It comes as no surprise that Last Year at Marienbad is written by an experimental novelist. Given its subject matter, it is intentionally cerebral while it explores the debate about the nature of reality. It is passionate in its conviction to make the point that our mental process for memory is less than objective. If the film feels like a maze from which it is nearly impossible to derive any type of comprehension, its probably because even director Alain Resnais claimed it had none. Yet still, this film has created arguments about its meaning for more than half a century.
- Director: Alain Resnais
- Writer: Alain Robbe-Grillet
- Cast: Delphine Seyrig, Giorgio Albertazzi, Sacha Pitoeff
Somewhere in a chateau, a man we know only as “X” (Sascha Pitoeff), a wife or lover we know only as “A” (Delphine Seyrig), and another man, “M”, (Giorgio Albertazzi) appear to share more than just a common casual experience. They interact with each other, mostly reminiscing about their encounters at the same chateau a year before. None of these characters are given names. We mostly see them providing subjective versions of previous interactions, some of which carry implications of infidelity and possible rape.
What is it about French films that manage to hold our attention even when the plot is incomprehensible? Is it the beautiful french accents, the deliberate blocking of the actors, poetic dialogue, or the experimental realm into which this film patiently explores philosophical themes? Or is it that it consciously breaks narrative conventions, and we intuitively understand that something unique is taking place? From the standpoint of experiencing a film that take a high minded artistic approach to telling a story, Last Year at Marienbad is an interesting experience, though not one that is easy to enjoy. Nevertheless, it is a film that is more fun to discuss than to see. Immediately, we are thrown into a convoluted world where repetitive dialogue fills the air and the physical presence of the characters resemble ornaments themselves. Adding to an altogether disorienting experience is the constant sound of haunting organ music, at times heard while the camera pans obsessively through an ornate interior.
Time and space are mostly inaccessible in that we never really know when or where past events have occurred, or are still occurring. There is very interesting blocking throughout, as the actors are constantly placed within frames in deliberate ways that appear to be for artistic effect as much as they are positioned to serve the story. These shots have the feel of a dream, one where certain images are constant, but they remain mostly inexplicable. In many shots we see what appears like a freeze-frame, but it is only the characters within the frame who pose motionless. Even when not doing much, however, Sascha Pitoeff brings a magnetic presence to each scene in which he appears. His striking face is especially fun to watch when beating others at an odd new game.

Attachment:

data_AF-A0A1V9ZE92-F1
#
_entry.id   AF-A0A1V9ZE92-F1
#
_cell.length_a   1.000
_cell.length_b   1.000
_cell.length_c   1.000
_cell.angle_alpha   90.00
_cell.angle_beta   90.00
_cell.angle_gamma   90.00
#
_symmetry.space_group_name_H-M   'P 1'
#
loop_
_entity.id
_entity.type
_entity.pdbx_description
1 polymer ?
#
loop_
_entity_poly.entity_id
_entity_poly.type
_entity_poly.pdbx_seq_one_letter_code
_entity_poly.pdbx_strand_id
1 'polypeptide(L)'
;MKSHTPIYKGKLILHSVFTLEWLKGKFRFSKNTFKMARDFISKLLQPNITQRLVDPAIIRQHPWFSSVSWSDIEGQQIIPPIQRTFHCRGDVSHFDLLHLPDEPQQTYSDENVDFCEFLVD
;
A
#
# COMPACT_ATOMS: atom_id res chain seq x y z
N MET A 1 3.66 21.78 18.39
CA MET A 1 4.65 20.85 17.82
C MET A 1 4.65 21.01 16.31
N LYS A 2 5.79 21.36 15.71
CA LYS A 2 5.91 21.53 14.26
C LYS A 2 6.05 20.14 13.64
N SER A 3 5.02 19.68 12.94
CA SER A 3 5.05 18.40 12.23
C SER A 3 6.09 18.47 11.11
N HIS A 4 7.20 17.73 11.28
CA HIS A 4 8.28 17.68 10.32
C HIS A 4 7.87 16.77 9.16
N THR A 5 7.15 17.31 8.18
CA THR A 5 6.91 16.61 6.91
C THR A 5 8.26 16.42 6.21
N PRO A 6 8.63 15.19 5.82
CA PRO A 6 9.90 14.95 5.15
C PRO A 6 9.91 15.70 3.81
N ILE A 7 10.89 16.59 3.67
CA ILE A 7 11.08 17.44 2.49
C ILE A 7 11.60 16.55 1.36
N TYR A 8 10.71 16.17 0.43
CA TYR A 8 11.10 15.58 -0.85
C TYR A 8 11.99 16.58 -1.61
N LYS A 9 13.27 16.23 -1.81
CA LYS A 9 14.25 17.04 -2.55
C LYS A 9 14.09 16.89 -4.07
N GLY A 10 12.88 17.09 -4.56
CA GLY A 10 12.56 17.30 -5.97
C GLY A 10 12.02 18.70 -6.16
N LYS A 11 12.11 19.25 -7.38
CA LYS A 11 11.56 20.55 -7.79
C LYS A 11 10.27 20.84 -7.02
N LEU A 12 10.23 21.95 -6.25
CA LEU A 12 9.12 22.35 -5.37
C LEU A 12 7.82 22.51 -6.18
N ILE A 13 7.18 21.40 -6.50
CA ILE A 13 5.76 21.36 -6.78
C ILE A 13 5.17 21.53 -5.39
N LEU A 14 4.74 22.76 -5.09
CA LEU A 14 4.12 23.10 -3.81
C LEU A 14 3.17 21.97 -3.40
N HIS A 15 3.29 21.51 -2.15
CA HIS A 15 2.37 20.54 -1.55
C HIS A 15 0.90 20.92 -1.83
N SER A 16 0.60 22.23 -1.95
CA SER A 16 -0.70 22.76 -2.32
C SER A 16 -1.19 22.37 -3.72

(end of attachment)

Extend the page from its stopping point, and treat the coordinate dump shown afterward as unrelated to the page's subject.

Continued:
Brief Words for Mr. Ebert:
While storybooks with happy endings are for children, Ebert points out that “adults know that stories keep on unfolding, repeating, turning back on themselves, on and on until that end that no story can evade.” While I agree with this assessment, it does not entirely excuse that fact that the story does not even attempt to wrap up any aspect of the story, good or bad. The short explanation given to Ebert by Professor Gunther Marx is a rich anecdote worth reading, as is the efficient way in which he describes the matchstick game played throughout the film.
Ebert’s makes a clever comparison when he states that “the characters analyzing the stick game are like viewers analyzing the movie: You can say anything you want about it, and it makes no difference.” Like Ebert, there are those who say that life is like this movie, and that due to this common trait shared with life itself, the film deserves praise. In this respect, I think this assessment is incomplete, for it does not take much for any director to create a story filled with unanswered questions. It should be enjoyable on some level, and it should provide at least something we can grab onto, just as all people rely on various types of crutches in order to face life’s unknowns.
Good, Bad or Great Movie: Good
Do you like Last Year at Marienbad? Do you consider this film to be Good, Bad, or does it stand up as Great?
Next week’s review: Withnail and I
Years ago, ScreenCrave contributor Jaime Lopez privately began tackling Roger Ebert’s “Greatest Films” list, an ever-expanding monolith of celluloid currently comprised of approximately 354 films. Lopez has set himself to put these remaining films’ “Greatness” to the test–reviewing both the movies themselves and Ebert’s response. By taking on Alain Resnais’ Last Year at Marienbad this week, he now has 316 under his belt and less than 100 films left to go.